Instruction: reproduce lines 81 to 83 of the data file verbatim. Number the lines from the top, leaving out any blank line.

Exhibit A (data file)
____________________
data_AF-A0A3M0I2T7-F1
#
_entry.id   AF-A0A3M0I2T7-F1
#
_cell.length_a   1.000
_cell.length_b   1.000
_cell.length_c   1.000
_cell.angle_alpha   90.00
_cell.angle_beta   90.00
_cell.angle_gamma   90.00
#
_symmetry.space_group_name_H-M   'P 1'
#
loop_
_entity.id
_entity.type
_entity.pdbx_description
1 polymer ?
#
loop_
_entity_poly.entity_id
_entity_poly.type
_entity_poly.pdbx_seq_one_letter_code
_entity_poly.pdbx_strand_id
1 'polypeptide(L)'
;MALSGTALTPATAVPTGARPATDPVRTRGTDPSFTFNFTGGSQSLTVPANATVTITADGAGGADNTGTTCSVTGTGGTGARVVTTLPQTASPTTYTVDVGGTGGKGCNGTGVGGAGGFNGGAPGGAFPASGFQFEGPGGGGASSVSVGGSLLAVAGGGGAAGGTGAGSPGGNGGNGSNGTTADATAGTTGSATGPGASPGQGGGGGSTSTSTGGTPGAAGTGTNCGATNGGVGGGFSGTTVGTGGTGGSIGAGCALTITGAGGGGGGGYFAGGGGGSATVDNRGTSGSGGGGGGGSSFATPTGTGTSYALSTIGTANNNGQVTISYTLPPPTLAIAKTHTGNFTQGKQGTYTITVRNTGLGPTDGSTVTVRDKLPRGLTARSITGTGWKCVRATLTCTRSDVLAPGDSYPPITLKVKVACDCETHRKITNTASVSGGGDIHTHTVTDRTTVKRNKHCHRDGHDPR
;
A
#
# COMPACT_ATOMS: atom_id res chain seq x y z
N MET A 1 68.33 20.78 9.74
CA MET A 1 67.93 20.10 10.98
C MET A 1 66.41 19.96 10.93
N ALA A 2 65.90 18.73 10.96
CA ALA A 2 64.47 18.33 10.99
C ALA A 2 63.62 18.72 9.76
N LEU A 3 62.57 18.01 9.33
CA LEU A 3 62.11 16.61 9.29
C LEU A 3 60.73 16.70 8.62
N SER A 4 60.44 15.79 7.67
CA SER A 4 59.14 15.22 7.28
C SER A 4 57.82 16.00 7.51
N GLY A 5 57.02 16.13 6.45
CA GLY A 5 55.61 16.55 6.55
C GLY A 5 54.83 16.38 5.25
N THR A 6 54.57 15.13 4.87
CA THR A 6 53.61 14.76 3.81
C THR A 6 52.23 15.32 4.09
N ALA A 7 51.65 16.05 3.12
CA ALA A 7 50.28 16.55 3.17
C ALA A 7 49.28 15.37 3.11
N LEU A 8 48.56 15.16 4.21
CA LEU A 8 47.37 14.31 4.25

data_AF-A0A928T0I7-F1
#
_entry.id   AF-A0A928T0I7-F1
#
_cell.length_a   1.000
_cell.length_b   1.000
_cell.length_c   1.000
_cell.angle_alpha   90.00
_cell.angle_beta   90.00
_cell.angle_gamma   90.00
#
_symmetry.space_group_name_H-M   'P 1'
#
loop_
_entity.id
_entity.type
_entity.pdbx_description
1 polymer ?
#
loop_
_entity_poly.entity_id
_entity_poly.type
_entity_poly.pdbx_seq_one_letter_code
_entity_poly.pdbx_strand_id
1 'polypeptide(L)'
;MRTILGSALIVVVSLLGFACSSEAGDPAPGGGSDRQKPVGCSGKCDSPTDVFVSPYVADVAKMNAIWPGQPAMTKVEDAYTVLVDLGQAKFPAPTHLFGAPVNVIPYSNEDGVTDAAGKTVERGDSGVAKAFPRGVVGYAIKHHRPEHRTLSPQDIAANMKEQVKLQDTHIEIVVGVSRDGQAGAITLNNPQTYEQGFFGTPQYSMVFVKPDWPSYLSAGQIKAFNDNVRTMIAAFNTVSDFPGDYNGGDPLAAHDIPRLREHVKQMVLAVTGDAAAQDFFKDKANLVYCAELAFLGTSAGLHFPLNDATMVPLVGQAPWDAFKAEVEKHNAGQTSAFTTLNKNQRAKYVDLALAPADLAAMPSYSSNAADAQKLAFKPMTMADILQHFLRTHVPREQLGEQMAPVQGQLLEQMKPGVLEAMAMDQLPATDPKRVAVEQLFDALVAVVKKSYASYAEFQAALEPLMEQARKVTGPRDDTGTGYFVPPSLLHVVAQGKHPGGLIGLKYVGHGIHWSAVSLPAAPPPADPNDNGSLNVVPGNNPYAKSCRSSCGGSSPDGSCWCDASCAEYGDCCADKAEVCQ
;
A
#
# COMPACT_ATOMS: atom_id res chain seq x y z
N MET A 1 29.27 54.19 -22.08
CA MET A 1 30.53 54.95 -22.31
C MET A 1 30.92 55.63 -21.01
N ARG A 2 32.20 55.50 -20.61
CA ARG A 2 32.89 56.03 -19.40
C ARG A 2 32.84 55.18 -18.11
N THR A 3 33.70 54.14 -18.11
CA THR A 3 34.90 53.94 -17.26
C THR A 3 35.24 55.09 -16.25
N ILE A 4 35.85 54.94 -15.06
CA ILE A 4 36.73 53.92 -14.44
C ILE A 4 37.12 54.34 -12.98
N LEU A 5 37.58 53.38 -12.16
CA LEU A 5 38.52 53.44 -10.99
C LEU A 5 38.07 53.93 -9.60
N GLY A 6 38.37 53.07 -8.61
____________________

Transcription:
A
#
# COMPACT_ATOMS: atom_id res chain seq x y z